There’s a reason I tend to favor trail running over massing together with a horde of other runners on the road, and it’s a simple one; camaraderie. You can pop open a thesaurus and use whichever word you’d prefer to in its place, but, as the title says, I like this one.
There’s no reason you can’t make friendships on the road, and you may be able to point to people in your current running circle who you met at a road race. But, for me, that’s a no. The crowds and masses send me into a momentary panic as I try to harness the powers of the wallflower that helped me through my school days. On the road, I just want to be done and home.
It’s different for me in the woods. I feel safer on a trail twenty miles away from a road, five miles from an aid station, and ten miles away from the last time my legs actually felt like holding up my body. It’s out here, far outside the typical comfort zone that I find myself overly willing to be comfortable with whomever cares to share a mile or two with me. In these moments I’ll be happy to tell you every hope and fear that has scoured my brain from childhood to now, then ask you if you’d like to share yours. I don’t need to hide out there. I don’t need to be afraid out there.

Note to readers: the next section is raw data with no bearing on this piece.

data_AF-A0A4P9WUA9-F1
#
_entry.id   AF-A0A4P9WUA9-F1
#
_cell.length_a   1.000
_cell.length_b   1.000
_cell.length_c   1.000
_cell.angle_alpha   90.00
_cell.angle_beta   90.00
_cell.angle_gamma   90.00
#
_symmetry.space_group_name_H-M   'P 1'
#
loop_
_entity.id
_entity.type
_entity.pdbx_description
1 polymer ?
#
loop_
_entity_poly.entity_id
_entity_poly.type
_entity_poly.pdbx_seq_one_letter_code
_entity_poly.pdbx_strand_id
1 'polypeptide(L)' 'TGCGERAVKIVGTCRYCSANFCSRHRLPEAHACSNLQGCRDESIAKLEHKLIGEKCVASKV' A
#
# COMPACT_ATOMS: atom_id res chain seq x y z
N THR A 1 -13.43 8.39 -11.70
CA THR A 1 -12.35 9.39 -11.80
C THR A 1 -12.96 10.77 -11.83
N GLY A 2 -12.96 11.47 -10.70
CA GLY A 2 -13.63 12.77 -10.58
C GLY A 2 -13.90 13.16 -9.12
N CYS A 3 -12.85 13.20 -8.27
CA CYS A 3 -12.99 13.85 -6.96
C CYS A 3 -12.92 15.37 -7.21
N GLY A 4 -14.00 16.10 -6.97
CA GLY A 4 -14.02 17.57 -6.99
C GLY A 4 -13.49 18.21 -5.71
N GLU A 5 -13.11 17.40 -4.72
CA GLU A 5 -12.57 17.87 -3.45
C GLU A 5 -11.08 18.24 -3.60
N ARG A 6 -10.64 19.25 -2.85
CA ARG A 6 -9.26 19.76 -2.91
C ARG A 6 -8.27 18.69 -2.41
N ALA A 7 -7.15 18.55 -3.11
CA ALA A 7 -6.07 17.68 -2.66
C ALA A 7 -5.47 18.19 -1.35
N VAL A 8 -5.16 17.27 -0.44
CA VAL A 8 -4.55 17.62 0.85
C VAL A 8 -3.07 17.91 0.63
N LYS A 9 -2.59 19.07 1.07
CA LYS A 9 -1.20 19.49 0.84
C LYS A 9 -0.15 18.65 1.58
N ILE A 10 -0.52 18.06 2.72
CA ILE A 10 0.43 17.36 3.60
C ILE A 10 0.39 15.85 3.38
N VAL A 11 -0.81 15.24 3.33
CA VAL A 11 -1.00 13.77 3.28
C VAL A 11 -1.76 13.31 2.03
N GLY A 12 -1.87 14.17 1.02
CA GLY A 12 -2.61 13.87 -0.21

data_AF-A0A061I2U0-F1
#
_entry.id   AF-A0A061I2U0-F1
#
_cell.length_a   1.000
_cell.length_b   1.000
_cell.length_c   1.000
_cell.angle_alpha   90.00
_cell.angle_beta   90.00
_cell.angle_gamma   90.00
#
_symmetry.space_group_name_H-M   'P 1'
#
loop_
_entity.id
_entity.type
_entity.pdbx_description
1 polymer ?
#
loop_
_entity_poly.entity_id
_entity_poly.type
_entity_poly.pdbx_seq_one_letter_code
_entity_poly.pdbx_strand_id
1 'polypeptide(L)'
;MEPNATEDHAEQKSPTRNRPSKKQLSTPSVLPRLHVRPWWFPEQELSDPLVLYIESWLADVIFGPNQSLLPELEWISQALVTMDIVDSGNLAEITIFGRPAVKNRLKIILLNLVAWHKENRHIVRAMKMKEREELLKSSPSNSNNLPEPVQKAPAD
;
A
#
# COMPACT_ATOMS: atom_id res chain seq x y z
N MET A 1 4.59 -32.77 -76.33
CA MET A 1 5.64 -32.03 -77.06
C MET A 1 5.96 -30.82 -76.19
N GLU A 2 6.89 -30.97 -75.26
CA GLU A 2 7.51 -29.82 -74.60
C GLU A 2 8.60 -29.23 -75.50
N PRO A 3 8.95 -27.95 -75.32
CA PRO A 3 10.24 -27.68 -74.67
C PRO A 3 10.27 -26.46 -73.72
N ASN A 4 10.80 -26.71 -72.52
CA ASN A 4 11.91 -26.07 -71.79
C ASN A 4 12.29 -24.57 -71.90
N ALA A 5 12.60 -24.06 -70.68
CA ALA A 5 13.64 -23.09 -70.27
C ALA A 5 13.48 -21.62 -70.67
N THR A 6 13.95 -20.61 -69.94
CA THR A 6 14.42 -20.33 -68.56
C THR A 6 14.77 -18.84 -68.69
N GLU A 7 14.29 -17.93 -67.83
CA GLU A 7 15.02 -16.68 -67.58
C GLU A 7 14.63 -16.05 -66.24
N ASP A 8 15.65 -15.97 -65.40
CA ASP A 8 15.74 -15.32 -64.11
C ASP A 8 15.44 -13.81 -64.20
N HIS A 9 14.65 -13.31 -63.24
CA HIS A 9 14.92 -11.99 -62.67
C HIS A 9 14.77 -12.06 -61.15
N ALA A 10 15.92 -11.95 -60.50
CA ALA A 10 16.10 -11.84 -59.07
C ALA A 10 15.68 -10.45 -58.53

And that’s where camaraderie comes in. You build trust with someone, someone you may have never met before, and may never see again when you are willing to bare your soul with a smile for no purpose other than to make a friend. Maybe it’s because you know your vulnerable this far out. Maybe the instincts of our ancestors surge forward as the trees close in and the modern world disappears beyond the pack that’s strapped to your back (if you even brought one).
I’ve laughed, cried, screamed, bled, and dined deep in the woods as the world meant nothing beyond getting to the next spot. And although I haven’t done all of them with one person, I’ve shared in each with numerous others (you’ll see someone’s true grit when they start throwing up twenty miles in, breathe deep, then ask you if you’re good).
To be clear, this isn’t everybody’s slice of pie. But I’m not everybody, and I don’t want to try to be. Backwoods trail races are considered large if they have a few hundred runners, compared to the several thousand lined up at start lines on the roads. There’s no denying where the majority of runners find their peace and comfort among others, and I’m not going to try and go after the heart of road running because it serves a great purpose for many. I’m just here to pick off those wallflowers who find themselves pulling inward and getting short of breath as the walls of society close in on them. I’m here to tell you that you are a little weird, you are a little different, and you are a little out of place.
But, if you’re tired of running away from those feelings, and you’re ready to embrace them, come out to find a place among the scattered segments of trail runners smiling their way through the mud and mist, maniacally maneuvering their way toward one another, and the finish line.
Don’t be afraid to get a little dirty, and come join us in the woods.